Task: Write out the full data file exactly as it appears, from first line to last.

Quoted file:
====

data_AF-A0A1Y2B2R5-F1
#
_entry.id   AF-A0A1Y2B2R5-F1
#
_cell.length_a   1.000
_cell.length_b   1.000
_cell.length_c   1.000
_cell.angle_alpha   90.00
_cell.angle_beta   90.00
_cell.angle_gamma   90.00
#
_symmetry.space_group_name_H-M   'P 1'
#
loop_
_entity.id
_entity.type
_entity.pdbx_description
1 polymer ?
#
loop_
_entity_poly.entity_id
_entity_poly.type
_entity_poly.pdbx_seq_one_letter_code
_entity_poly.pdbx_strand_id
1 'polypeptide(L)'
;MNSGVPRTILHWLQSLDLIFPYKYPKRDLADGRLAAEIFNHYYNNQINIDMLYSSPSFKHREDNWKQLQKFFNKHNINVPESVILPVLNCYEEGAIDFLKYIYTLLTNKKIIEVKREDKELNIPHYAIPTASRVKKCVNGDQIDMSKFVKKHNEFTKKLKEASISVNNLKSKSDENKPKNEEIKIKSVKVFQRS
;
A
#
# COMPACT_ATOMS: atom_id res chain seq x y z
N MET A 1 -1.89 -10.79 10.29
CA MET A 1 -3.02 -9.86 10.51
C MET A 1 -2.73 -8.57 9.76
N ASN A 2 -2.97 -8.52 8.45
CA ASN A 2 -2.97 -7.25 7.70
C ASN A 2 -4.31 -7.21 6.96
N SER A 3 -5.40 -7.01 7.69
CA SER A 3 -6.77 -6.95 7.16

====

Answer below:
data_AF-A0A1Y2B2R5-F1
#
_entry.id   AF-A0A1Y2B2R5-F1
#
_cell.length_a   1.000
_cell.length_b   1.000
_cell.length_c   1.000
_cell.angle_alpha   90.00
_cell.angle_beta   90.00
_cell.angle_gamma   90.00
#
_symmetry.space_group_name_H-M   'P 1'
#
loop_
_entity.id
_entity.type
_entity.pdbx_description
1 polymer ?
#
loop_
_entity_poly.entity_id
_entity_poly.type
_entity_poly.pdbx_seq_one_letter_code
_entity_poly.pdbx_strand_id
1 'polypeptide(L)'
;MNSGVPRTILHWLQSLDLIFPYKYPKRDLADGRLAAEIFNHYYNNQINIDMLYSSPSFKHREDNWKQLQKFFNKHNINVPESVILPVLNCYEEGAIDFLKYIYTLLTNKKIIEVKREDKELNIPHYAIPTASRVKKCVNGDQIDMSKFVKKHNEFTKKLKEASISVNNLKSKSDENKPKNEEIKIKSVKVFQRS
;
A
#
# COMPACT_ATOMS: atom_id res chain seq x y z
N MET A 1 -1.89 -10.79 10.29
CA MET A 1 -3.02 -9.86 10.51
C MET A 1 -2.73 -8.57 9.76
N ASN A 2 -2.97 -8.52 8.45
CA ASN A 2 -2.97 -7.25 7.70
C ASN A 2 -4.31 -7.21 6.96
N SER A 3 -5.40 -7.01 7.69
CA SER A 3 -6.77 -6.95 7.16